Muhammad Amasha, Yale University
While supporting most 2011 Arab Spring uprisings against authoritarian regimes, al-Qaradawi and al-Tayyib—two influential Egyptian clerics—took less sympathetic stances on other uprisings with the same characteristics. These contradictory stances are hardly explained merely by idealist (e.g., strong program) or interest-based (e.g., Bourdieu) accounts because these intellectuals sometimes contradicted their ideals and, at other times, took principled stances that jeopardized their self-interests. I argue that both intellectuals took these stances to protect their ideals, but not necessarily by following these ideals. Instead, they strategized to defend their ideals by safeguarding the field interests, not of themselves, but of their idealized comrades—their companions committed to the same ideals—because the ideal’s survival depended on their comrades’ survival. Using process tracing methods to analyze primary sources on both clerics’ politics, this article demonstrates how intellectuals’ idealized comrades can shape the former’s political deliberation and actions.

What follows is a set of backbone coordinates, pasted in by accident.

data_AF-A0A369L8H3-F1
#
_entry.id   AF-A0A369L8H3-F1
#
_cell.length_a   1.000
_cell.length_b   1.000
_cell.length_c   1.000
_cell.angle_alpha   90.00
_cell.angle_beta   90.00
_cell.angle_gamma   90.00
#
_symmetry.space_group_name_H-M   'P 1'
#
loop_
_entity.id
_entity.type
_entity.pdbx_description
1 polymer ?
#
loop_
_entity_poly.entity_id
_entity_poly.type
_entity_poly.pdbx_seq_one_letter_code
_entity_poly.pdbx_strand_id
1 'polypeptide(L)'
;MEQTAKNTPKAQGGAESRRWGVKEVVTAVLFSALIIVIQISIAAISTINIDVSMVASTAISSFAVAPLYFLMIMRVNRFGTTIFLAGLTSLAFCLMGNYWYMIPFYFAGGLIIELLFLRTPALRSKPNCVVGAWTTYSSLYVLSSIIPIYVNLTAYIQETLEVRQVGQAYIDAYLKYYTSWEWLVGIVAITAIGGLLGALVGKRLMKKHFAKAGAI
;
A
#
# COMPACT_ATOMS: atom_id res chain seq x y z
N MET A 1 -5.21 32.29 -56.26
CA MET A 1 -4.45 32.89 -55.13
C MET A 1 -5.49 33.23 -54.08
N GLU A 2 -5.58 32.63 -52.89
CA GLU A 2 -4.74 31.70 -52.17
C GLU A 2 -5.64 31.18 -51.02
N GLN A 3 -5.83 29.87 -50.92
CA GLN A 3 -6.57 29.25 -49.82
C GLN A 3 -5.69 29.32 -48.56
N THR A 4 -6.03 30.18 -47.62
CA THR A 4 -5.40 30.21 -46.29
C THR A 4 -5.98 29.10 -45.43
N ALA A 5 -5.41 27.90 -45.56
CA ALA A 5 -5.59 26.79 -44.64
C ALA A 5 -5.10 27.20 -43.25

Presented in Session 125. Cultures of Calculation and Resistance